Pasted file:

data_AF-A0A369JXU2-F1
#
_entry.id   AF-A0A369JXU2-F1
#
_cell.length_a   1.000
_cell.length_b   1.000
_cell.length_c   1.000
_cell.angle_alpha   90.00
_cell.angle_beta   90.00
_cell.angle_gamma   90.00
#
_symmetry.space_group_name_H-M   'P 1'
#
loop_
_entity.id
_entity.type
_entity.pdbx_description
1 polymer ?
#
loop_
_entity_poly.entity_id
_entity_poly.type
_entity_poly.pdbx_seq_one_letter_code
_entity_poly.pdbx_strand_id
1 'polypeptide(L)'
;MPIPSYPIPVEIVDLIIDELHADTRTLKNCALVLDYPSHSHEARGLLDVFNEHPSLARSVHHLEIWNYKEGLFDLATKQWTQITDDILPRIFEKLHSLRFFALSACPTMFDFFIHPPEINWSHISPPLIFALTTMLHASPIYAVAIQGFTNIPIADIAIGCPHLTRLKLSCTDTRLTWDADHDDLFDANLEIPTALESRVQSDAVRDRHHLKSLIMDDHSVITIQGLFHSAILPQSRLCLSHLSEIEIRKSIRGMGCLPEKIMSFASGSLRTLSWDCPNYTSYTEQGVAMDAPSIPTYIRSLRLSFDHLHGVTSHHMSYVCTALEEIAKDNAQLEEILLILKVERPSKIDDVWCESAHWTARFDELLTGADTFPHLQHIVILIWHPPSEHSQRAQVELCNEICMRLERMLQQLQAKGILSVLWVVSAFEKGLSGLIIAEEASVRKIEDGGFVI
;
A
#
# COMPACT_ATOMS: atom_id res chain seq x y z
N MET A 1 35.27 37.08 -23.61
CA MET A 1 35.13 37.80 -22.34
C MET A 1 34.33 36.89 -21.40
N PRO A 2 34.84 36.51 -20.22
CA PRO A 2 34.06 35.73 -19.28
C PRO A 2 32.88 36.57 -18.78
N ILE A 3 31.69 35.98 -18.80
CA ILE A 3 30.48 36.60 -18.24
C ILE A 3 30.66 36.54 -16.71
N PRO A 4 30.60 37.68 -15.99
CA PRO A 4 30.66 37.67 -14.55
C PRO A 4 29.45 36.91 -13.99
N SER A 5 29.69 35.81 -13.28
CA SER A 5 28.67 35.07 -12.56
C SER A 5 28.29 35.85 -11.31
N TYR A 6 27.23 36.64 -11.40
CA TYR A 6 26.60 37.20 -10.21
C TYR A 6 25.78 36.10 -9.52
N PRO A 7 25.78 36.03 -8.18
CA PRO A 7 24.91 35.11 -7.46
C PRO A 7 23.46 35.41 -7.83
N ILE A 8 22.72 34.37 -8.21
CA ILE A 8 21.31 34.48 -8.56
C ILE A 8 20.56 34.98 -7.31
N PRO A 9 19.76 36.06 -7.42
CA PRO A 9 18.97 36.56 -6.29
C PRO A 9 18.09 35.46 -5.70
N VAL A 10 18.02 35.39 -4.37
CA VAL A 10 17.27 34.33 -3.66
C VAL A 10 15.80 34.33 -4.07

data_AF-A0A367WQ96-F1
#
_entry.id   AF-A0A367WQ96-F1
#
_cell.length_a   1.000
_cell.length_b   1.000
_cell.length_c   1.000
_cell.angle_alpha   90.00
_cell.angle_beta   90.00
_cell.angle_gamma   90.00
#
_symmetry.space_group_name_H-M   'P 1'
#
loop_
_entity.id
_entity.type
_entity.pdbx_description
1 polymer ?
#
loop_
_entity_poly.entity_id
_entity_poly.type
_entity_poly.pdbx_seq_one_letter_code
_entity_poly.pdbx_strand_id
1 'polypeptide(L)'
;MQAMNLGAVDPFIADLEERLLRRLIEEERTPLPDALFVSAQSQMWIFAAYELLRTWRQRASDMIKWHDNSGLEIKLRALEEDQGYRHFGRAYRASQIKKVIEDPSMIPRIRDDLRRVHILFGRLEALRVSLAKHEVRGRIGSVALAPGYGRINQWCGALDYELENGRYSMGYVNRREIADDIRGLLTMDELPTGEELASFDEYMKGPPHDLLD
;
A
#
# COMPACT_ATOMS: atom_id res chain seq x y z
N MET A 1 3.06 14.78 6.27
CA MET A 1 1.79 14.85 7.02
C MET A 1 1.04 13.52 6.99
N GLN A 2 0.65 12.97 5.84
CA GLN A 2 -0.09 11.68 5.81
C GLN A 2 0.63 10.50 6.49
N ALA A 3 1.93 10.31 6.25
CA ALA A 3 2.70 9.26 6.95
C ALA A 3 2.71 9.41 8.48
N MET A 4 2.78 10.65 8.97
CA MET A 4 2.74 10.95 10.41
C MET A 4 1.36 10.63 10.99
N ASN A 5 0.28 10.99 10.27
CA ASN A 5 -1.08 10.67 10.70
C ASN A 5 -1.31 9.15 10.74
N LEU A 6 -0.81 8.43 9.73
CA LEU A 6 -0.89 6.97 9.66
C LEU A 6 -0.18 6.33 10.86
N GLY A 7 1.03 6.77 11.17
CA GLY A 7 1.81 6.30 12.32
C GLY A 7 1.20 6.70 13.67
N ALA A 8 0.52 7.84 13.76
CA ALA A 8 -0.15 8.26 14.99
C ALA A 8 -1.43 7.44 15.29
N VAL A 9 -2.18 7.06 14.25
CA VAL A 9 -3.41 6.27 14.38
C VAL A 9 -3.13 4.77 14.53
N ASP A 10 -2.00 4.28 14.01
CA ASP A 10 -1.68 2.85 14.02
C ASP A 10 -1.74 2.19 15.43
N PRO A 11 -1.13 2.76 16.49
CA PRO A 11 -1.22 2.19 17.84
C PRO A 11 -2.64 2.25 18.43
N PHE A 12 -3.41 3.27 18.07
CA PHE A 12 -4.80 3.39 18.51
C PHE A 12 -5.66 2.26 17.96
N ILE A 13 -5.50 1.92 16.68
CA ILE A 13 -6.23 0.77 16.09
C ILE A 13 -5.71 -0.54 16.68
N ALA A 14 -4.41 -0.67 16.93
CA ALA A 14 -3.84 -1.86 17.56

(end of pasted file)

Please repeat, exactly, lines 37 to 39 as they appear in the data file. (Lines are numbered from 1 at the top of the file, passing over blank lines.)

N ILE A 3 31.69 35.98 -18.80
CA ILE A 3 30.48 36.60 -18.24
C ILE A 3 30.66 36.54 -16.71